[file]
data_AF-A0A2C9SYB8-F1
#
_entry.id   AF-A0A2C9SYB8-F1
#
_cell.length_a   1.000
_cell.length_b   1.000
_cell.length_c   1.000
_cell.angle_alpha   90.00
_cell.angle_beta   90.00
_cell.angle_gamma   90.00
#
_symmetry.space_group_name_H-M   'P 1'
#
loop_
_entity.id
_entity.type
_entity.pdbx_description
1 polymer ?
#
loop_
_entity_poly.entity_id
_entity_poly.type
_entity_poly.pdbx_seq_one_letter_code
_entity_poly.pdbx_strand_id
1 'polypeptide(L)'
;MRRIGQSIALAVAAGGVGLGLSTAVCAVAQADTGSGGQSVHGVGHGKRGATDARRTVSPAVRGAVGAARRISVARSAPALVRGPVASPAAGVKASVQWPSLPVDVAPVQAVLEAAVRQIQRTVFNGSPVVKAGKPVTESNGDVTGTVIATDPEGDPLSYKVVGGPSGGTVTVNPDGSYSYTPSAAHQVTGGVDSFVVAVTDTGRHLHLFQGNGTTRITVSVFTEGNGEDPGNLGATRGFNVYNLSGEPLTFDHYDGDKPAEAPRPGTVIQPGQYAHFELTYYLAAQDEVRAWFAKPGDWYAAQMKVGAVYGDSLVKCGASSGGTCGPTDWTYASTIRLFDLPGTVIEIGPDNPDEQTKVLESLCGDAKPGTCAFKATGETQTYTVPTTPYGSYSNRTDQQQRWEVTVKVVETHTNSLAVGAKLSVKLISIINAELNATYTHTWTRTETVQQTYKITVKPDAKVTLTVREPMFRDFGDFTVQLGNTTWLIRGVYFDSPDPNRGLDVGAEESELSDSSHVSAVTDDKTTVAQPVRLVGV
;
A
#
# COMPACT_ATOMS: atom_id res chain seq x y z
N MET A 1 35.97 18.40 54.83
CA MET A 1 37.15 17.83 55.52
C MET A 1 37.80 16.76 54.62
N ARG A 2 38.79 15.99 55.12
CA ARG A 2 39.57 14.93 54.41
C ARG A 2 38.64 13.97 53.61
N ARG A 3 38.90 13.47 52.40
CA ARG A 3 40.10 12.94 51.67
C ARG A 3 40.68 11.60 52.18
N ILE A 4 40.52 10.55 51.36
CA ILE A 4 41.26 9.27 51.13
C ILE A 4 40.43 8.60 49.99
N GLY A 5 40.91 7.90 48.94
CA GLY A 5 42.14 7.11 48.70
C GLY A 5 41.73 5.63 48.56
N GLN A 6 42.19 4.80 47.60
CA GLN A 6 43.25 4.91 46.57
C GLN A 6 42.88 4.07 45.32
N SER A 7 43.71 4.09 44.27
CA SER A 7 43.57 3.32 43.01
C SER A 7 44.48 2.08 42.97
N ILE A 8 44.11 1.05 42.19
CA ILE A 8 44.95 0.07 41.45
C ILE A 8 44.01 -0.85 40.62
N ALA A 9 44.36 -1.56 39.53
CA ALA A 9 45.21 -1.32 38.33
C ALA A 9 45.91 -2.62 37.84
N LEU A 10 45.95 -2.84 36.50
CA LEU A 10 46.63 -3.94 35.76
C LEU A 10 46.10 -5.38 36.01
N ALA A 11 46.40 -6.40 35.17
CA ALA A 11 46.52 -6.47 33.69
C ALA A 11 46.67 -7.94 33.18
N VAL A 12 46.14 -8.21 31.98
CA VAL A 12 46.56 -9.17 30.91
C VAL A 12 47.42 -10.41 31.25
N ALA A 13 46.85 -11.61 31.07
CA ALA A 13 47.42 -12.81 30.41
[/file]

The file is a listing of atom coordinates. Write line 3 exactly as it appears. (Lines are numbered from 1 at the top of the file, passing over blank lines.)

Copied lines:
_entry.id   AF-A0A2C9SYB8-F1